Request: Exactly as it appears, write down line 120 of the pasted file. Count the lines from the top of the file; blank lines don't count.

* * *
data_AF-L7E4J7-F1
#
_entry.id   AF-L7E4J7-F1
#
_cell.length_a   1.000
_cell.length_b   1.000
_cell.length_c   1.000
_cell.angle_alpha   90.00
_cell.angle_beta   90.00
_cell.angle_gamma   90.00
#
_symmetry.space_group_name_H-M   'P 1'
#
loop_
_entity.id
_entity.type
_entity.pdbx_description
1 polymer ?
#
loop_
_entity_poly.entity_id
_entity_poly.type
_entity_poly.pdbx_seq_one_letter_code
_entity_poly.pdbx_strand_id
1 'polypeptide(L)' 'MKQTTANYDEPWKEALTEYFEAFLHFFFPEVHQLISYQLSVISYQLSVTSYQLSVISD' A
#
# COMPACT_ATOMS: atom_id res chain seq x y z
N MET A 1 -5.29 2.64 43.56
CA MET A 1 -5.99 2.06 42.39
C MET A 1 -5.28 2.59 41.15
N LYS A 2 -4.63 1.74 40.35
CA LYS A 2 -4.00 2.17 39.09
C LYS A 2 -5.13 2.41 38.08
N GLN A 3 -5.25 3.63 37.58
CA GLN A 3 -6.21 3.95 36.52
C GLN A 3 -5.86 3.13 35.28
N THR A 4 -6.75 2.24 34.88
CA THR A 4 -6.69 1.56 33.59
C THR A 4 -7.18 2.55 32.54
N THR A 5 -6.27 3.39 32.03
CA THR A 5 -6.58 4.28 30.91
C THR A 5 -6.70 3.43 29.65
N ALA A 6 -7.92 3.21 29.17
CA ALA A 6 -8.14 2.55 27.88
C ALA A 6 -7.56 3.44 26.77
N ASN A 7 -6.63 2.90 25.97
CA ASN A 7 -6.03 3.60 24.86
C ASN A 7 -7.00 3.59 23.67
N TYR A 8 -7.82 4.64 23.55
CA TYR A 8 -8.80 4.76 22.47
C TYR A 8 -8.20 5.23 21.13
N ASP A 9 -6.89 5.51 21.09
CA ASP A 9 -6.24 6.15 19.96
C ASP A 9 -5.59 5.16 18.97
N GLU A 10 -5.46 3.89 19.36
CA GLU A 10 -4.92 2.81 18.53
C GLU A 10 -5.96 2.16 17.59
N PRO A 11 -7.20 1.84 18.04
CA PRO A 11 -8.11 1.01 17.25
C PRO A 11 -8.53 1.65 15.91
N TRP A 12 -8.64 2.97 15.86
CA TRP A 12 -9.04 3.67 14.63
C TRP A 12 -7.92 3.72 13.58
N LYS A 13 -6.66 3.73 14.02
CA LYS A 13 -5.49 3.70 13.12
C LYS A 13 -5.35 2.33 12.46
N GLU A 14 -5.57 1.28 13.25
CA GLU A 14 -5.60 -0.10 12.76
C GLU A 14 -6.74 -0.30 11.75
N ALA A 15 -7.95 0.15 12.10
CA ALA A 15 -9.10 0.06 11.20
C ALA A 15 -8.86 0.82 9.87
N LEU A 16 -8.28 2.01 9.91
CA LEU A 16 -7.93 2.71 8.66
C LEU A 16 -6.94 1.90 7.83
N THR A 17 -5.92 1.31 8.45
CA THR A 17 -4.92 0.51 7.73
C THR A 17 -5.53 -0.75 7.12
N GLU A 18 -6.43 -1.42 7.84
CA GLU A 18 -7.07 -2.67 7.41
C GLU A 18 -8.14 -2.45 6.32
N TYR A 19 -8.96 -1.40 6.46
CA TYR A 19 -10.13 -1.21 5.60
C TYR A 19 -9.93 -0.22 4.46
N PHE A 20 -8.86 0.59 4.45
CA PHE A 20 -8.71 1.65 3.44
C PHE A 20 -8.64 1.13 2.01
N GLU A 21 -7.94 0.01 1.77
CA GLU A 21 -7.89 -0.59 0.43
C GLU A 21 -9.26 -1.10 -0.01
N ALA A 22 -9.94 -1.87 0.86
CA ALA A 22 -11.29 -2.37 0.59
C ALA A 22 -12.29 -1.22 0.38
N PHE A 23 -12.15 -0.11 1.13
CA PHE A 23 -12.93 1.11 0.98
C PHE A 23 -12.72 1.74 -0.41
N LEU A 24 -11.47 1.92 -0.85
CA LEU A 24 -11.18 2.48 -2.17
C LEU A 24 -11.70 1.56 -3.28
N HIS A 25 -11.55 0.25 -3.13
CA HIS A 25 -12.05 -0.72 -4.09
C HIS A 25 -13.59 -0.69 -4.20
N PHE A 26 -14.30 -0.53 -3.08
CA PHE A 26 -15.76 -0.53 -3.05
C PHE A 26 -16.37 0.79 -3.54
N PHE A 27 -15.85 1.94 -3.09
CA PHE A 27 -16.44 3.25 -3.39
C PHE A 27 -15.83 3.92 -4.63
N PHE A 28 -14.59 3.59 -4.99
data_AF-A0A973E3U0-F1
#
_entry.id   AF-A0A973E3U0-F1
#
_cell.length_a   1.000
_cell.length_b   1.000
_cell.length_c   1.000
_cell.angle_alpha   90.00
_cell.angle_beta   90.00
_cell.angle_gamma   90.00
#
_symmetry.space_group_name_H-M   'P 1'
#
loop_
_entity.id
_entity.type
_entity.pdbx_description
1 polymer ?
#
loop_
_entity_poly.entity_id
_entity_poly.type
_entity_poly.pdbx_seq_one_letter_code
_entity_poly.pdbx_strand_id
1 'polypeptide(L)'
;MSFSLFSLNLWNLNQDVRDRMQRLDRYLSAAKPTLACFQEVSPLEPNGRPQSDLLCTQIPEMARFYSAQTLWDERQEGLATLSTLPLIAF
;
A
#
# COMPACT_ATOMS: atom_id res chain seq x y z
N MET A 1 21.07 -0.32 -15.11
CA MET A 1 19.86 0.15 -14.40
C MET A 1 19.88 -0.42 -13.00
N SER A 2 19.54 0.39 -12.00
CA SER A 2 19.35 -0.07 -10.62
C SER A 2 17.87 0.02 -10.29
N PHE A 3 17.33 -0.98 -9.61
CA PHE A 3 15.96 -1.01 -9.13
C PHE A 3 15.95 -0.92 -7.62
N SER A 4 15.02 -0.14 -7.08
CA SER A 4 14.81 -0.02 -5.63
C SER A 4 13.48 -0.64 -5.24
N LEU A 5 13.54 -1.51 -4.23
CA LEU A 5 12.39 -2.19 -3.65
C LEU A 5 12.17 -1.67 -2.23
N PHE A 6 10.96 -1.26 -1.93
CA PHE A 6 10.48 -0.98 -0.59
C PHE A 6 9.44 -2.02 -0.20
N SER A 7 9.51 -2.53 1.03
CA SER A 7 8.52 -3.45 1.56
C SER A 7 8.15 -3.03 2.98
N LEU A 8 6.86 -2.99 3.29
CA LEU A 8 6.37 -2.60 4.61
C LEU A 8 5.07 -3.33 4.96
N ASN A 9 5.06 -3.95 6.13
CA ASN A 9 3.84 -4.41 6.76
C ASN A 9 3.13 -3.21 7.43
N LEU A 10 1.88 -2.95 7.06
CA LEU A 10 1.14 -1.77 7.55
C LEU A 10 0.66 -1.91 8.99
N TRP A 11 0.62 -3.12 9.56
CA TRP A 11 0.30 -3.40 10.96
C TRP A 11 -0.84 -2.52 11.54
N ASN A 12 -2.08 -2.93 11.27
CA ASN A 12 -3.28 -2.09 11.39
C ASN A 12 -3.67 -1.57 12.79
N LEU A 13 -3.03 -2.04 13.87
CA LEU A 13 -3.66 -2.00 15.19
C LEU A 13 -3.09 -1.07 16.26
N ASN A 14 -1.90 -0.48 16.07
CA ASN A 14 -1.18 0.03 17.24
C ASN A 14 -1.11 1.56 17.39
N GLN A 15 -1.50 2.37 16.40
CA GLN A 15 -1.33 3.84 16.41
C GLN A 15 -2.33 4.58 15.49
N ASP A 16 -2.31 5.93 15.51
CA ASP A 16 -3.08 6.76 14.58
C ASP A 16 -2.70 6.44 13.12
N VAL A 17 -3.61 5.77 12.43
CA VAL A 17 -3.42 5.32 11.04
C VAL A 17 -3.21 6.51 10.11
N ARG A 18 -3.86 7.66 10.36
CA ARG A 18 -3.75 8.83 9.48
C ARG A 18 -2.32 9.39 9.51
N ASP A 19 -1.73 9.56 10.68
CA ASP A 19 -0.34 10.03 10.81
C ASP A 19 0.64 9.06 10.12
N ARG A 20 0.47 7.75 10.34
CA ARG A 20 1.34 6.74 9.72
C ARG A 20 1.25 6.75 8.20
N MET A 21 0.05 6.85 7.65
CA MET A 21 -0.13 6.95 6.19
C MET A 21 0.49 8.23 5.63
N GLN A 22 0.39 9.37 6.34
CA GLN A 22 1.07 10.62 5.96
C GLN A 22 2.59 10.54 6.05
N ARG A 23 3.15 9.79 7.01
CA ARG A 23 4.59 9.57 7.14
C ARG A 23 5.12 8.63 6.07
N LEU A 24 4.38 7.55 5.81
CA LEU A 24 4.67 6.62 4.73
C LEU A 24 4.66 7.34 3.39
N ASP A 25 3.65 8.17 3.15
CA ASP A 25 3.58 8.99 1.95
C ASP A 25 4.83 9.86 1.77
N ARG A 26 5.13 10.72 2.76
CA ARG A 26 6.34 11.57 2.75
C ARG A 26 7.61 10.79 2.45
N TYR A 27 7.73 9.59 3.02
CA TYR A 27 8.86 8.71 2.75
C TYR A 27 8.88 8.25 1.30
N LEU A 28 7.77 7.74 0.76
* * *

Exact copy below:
#